Community Empowerment Scotland Bill; Overview & A Call for evidence


The Community Empowerment Scotland Bill was introduced in June 2014. The Bill is the result of a number of consultations and other preparatory work, and is set within the Scottish Governments wider programme of public service reform.

According to the Government, the Bill “reflects the policy principles of subsidiarity, community empowerment and improving outcomes and provides a framework which will empower community bodies through the ownership of land and buildings and strengthening their voices in the decisions that matter to them; supporting an increase in the pace and scale of public service reform by cementing the focus on achieving outcomes and improving the process of community planning.”

The bill covers a wide range of issues but has been widely criticised for being ‘toothless’. A significant criticism of the bill has been that it covers a wide range of issues, some of which, it may be argued, would be better tackled by individual pieces of legislation. A number of areas within the bill may be described as being so general in there terminology and proposed actions that they will do little to empower the communities they were designed to. The Scottish Governments financial evaluations, accompanying each area of the bill, have also been written to reflect the lack of  extra funding to be provided to support the new proposals in the bill. At a time when local government and other public and third-sector bodies are already financial stretched it will, therefore, be a significant challenge for them to meet the extra requirements and  measures as proposed in the bill from existing resources.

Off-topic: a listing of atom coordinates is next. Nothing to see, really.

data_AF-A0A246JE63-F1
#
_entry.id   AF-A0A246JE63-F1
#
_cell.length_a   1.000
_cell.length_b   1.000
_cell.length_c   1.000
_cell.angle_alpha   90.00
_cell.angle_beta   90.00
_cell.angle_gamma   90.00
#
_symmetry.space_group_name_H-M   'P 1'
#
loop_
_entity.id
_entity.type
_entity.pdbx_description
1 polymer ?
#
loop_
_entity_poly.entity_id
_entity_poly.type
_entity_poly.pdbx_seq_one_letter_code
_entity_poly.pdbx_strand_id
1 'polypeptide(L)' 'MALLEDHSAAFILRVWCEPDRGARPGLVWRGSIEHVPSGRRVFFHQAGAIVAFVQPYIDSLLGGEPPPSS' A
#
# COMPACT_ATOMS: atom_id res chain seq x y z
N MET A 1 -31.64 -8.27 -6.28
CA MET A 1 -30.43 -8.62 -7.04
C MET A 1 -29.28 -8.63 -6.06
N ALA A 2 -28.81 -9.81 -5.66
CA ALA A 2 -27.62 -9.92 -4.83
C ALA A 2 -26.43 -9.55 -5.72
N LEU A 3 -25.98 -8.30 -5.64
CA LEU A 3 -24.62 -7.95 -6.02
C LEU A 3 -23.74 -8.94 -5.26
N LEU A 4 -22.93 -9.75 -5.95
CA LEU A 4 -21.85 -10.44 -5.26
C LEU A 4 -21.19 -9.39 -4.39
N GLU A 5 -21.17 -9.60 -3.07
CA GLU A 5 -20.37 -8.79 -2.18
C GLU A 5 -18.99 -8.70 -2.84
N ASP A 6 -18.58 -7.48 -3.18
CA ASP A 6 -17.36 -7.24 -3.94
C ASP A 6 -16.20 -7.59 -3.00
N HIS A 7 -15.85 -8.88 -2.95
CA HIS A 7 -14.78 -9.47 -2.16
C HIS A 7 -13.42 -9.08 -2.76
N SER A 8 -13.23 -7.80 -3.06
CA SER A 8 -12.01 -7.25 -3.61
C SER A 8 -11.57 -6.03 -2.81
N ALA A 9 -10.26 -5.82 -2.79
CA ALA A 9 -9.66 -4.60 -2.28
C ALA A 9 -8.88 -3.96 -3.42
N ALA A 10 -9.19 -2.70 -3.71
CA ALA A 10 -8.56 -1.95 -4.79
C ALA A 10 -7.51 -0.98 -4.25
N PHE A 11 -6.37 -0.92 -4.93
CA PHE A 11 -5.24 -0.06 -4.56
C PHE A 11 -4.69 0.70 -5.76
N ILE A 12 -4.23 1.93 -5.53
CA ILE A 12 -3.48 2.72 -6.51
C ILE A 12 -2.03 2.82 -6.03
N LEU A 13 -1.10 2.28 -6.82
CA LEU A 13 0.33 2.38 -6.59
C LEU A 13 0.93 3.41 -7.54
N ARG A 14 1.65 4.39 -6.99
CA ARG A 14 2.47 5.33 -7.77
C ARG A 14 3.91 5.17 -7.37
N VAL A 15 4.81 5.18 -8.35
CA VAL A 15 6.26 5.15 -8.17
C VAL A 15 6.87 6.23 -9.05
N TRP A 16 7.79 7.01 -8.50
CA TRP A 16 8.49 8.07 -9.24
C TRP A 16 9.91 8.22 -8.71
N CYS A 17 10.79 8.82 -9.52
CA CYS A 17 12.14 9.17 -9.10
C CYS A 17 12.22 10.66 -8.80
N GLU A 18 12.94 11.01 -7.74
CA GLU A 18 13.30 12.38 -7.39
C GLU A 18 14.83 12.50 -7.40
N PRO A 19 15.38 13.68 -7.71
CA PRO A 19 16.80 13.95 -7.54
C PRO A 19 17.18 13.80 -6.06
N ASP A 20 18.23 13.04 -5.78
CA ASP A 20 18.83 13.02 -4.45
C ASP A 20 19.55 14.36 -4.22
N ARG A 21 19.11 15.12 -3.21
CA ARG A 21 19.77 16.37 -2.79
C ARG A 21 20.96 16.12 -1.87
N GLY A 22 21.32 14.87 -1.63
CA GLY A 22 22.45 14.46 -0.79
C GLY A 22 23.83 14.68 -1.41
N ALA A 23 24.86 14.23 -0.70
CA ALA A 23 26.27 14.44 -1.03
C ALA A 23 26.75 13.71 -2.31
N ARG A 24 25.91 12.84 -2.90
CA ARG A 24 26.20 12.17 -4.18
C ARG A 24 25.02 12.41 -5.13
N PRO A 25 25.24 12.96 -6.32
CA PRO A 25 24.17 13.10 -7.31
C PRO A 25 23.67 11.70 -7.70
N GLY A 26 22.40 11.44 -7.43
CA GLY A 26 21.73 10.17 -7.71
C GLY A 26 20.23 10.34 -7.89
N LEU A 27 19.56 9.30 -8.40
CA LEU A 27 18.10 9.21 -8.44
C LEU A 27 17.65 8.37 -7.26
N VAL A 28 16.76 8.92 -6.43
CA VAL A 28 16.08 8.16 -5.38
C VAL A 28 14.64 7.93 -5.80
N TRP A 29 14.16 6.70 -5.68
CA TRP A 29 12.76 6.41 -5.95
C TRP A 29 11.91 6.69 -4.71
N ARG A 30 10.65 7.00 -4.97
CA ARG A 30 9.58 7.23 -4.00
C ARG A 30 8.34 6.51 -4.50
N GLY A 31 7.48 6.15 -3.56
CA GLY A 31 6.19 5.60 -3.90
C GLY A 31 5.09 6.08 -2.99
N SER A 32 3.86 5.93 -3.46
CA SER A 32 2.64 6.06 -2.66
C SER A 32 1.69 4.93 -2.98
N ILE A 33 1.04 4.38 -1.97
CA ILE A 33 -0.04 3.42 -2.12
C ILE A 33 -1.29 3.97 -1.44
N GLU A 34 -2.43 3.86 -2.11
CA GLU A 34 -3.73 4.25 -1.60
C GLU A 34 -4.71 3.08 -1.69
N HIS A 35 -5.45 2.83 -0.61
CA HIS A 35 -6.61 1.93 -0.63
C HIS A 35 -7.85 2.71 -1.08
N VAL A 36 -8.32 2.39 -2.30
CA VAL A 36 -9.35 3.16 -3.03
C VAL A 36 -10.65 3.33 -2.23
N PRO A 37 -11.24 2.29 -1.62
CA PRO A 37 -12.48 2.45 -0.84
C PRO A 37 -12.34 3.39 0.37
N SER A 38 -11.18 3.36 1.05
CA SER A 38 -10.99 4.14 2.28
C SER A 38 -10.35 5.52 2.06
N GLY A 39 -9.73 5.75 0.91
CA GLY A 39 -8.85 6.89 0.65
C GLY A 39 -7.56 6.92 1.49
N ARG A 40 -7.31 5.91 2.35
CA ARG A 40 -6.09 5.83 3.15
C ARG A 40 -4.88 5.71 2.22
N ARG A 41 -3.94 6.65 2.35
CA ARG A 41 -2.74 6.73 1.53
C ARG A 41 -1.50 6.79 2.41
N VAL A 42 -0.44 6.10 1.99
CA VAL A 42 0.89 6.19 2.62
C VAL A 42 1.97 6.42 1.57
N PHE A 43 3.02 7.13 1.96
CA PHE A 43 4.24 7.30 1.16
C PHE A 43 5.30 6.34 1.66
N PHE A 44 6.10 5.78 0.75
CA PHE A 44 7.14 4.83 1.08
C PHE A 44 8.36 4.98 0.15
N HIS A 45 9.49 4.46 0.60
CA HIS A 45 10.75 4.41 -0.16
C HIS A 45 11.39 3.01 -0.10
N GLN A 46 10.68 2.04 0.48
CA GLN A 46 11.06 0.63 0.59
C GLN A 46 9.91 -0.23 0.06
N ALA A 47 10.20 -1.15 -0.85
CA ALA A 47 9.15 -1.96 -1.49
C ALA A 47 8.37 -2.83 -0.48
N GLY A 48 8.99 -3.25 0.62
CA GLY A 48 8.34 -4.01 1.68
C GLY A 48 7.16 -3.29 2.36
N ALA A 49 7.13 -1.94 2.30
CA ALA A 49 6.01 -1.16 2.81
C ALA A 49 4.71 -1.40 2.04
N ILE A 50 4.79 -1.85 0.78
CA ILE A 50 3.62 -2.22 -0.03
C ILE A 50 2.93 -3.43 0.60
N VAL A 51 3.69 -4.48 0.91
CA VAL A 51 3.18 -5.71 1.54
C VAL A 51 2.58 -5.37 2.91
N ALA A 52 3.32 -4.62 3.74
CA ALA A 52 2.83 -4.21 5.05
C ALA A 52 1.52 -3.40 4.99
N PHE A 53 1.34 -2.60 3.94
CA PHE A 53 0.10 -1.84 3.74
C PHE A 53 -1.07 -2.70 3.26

The 8 main sections of the bill are:


  • Part 1 aims to provide a statutory basis for the use of “National Outcomes”.


  • Part 2 contains a number of reforms to the system of community planning.


  • Part 3 provides for a process to allow community bodies to become involved in delivery of public services.


  • Part 4 makes a range of changes to the community right to buy land.


  • Part 5 provides for a process to allow community bodies to take on assets from the public sector.


  • Part 6 makes a number of reforms to the system of common good.


  • Part 7 is concerned with allotments.


  • Part 8 allows local authorities to set their own reliefs for business rates.


A full briefing on the Community Empowerment Bill can be downloaded here: SB_14-58_

A call for participants to give evidence at the Local Government Committee is still ongoing; as is the call for written submissions on the section of the bill regarding allotments.

The Local Government Committee intend to use their social media pages to post regular pod-casts and information as to how individuals can have their say on the Community Empowerment bill and follow it’s progress through parliament. These links can be found here:

Post Author: Alex Rowley